The Social Facets of Workplace Communications

“Social media is evolving so rapidly, but the enterprise space has a lot to do to catch up.” observed Kelli Carlson-Jagersma, VP at Wells Fargo Bank. David Grossman, founder and CEO of The Grossman Group, an internal comms consultancy, agreed that social platforms complicate an already tricky environment for workplace communications. Both spoke at Business Development Institute’s Social Media and Internal Communications Summit on Thursday in New York. Below are key takeaways.

Workplace communications are characterized by more questions than answers. Grossman noted, “Employees are often confused and skeptical about where their organizations are headed, they want to hear from their senior leaders, and they have information overload but are still searching for meaning” amidst all the noise.

Consistent character counts. “Character is a key differentiator for individuals and organizations, who need to sync the reality of their internal culture with their external reputation,” Grossman explained. Otherwise a company may end up like Goldman Sachs when its culture was laid bare by a disaffected employee in a March New York Times OpEd letter.

Employee communications help inform customer contact. “Our team members are also our customers so if we don’t get it right with them we don’t get it right for our customers,” Carlson-Jagersma pointed out, and she believes this holds true for many organizations.

Leaders need to be better facilitators. “There’s no longer just one leadership style,” Grossman stated. “We’re well past the era of the charismatic CEO. Leaders now need to be better able to connect with employees.” He cited Apple as a case in point when it transitioned from Steve Jobs to Tim Cook. “He’s in the spotlight, but in a different way than his predecessor.” Grossman also emphasized CEOs’ need to be more visible, a recurring theme from other recent conferences we’ve covered.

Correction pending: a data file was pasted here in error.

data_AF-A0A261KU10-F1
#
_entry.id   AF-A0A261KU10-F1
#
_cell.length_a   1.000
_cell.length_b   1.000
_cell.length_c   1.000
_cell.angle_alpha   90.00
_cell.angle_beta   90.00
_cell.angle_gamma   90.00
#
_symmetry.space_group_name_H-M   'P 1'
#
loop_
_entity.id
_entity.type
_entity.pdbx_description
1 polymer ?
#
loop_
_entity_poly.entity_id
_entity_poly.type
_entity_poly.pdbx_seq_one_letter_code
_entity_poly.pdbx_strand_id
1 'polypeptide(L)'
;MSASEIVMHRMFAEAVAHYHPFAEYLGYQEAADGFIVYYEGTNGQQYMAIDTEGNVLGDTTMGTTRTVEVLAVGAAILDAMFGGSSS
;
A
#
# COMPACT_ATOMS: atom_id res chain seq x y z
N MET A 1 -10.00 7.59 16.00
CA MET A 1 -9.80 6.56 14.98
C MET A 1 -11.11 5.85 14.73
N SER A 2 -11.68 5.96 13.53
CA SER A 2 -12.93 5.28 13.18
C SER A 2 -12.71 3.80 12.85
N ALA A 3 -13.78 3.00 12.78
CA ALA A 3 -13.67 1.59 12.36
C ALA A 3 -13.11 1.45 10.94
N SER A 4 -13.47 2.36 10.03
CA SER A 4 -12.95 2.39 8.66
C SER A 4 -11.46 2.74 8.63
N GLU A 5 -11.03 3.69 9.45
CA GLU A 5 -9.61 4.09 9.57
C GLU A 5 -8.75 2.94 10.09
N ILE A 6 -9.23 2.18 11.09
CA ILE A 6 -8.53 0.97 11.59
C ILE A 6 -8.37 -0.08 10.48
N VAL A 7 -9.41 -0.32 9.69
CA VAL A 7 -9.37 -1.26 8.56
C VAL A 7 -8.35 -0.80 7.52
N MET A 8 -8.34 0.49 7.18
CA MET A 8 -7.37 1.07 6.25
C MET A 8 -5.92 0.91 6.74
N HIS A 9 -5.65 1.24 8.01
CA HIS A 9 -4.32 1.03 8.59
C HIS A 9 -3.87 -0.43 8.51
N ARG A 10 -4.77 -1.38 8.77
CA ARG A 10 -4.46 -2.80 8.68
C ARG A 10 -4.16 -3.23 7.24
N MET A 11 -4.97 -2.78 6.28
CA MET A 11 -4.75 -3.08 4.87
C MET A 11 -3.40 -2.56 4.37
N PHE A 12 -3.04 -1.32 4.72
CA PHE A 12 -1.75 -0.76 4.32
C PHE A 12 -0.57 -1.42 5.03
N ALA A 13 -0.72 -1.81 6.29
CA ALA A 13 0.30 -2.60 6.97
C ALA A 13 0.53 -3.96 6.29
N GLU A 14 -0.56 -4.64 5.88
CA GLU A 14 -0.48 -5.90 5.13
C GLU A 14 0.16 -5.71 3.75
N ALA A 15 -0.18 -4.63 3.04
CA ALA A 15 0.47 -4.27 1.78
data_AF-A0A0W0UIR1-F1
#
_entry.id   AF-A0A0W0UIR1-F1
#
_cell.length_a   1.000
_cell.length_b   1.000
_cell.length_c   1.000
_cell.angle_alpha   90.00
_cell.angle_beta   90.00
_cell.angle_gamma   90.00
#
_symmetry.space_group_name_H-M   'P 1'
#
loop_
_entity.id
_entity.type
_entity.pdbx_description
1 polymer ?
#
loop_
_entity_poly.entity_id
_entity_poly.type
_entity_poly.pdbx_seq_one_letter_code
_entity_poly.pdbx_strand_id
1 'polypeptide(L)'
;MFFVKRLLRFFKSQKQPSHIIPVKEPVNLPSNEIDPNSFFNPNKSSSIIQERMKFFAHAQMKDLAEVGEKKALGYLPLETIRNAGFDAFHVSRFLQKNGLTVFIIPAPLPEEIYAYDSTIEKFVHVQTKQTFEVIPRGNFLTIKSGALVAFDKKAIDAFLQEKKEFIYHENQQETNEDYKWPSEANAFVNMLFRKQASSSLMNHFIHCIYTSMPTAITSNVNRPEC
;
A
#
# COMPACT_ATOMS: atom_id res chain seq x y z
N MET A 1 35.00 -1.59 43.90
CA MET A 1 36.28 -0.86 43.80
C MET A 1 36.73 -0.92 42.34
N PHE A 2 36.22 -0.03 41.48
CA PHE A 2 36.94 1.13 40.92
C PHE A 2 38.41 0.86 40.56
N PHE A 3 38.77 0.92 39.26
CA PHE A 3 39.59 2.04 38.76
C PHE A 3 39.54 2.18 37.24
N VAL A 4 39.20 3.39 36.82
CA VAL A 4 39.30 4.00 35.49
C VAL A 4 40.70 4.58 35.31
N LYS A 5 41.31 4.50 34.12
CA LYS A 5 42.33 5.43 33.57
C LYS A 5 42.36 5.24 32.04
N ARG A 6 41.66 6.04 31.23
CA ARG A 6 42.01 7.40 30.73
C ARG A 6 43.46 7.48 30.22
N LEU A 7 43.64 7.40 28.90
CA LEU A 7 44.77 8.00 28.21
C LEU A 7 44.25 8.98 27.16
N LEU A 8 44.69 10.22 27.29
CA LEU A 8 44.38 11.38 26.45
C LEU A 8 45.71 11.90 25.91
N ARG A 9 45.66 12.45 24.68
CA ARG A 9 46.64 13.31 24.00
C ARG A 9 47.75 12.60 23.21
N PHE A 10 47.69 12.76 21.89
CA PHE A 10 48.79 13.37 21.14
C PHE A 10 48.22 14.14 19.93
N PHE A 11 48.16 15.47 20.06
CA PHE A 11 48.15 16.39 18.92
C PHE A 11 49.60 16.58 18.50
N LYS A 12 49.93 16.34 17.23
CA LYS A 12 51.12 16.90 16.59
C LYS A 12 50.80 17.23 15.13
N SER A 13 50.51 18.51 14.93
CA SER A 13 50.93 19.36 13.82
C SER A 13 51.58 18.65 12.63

Different workplace occasions call for social media and/or in-person contact. Grossman described his views as “anti-social media on the inside” of an organization. He added that since companies have limited resources they need to make choices. He lamented that “internal face-to-face communications have fallen by the wayside, but they represent the best way to deal with conflict.”

Social media can still be used effectively along with in-person interaction, and Wells Fargo has explored inventive ways of doing so. The bank holds several annual employee meetings, and Clarkson-Jagersma piloted various social enterprise tools to use before, during and after these events.

Beforehand, Wells Fargo used Salesforce Chatter to invite attendees. During the event they used Chatter mobile to communicate with the audience and Poll Everywhere to conduct live mobile surveys. PhotoBooth enabled attendees to take their photos and post them during the meeting, and StoryBooth allowed employees to tell their Wells Fargo work stories and post them online. She reported that this social communications events model has now been rolled out company-wide.